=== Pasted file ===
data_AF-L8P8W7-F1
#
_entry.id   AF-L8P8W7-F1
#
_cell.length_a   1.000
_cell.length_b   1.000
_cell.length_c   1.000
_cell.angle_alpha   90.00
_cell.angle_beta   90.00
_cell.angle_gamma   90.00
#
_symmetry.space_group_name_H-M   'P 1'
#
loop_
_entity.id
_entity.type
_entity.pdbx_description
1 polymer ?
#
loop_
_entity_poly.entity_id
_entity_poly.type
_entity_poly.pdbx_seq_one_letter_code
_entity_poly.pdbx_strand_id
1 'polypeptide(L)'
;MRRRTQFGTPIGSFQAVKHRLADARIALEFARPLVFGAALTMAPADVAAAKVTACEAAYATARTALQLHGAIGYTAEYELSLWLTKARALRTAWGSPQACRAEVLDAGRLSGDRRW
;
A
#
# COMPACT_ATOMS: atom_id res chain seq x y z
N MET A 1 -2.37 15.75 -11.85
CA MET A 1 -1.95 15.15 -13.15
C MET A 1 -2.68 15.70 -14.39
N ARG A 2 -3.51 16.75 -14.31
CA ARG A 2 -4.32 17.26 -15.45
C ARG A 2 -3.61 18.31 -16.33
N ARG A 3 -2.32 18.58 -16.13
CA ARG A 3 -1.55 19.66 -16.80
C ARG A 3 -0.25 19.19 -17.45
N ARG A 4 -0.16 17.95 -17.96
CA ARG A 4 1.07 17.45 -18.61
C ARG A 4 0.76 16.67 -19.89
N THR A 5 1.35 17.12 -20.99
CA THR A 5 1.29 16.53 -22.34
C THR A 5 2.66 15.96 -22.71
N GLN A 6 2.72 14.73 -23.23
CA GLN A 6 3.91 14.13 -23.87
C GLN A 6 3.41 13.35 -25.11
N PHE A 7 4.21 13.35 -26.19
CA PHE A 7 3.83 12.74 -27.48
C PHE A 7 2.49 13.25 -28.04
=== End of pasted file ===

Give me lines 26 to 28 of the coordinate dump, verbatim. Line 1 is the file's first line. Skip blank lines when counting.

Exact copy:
;MRRRTQFGTPIGSFQAVKHRLADARIALEFARPLVFGAALTMAPADVAAAKVTACEAAYATARTALQLHGAIGYTAEYELSLWLTKARALRTAWGSPQACRAEVLDAGRLSGDRRW
;
A